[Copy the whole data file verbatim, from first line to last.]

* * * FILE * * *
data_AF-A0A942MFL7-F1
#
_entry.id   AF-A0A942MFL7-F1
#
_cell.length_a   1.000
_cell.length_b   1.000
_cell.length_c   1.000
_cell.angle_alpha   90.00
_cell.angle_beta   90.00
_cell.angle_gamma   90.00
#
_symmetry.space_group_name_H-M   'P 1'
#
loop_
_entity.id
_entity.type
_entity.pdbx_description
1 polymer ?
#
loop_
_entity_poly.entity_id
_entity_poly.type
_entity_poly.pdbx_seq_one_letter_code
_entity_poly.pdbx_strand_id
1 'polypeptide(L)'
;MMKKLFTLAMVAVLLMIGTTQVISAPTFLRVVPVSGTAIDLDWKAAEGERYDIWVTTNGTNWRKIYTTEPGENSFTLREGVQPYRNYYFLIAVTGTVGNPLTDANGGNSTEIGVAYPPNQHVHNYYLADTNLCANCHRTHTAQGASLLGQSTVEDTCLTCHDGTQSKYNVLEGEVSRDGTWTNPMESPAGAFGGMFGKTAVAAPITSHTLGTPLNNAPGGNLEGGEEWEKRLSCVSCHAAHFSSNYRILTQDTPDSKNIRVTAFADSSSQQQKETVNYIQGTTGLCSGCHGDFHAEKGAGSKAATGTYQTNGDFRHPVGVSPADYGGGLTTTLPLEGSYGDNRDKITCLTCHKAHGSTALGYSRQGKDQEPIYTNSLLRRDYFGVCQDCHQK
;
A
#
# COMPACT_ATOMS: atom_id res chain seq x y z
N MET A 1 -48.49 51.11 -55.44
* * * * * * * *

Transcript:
data_AF-A0A942MFL7-F1
#
_entry.id   AF-A0A942MFL7-F1
#
_cell.length_a   1.000
_cell.length_b   1.000
_cell.length_c   1.000
_cell.angle_alpha   90.00
_cell.angle_beta   90.00
_cell.angle_gamma   90.00
#
_symmetry.space_group_name_H-M   'P 1'
#
loop_
_entity.id
_entity.type
_entity.pdbx_description
1 polymer ?
#
loop_
_entity_poly.entity_id
_entity_poly.type
_entity_poly.pdbx_seq_one_letter_code
_entity_poly.pdbx_strand_id
1 'polypeptide(L)'
;MMKKLFTLAMVAVLLMIGTTQVISAPTFLRVVPVSGTAIDLDWKAAEGERYDIWVTTNGTNWRKIYTTEPGENSFTLREGVQPYRNYYFLIAVTGTVGNPLTDANGGNSTEIGVAYPPNQHVHNYYLADTNLCANCHRTHTAQGASLLGQSTVEDTCLTCHDGTQSKYNVLEGEVSRDGTWTNPMESPAGAFGGMFGKTAVAAPITSHTLGTPLNNAPGGNLEGGEEWEKRLSCVSCHAAHFSSNYRILTQDTPDSKNIRVTAFADSSSQQQKETVNYIQGTTGLCSGCHGDFHAEKGAGSKAATGTYQTNGDFRHPVGVSPADYGGGLTTTLPLEGSYGDNRDKITCLTCHKAHGSTALGYSRQGKDQEPIYTNSLLRRDYFGVCQDCHQK
;
A
#
# COMPACT_ATOMS: atom_id res chain seq x y z
N MET A 1 -48.49 51.11 -55.44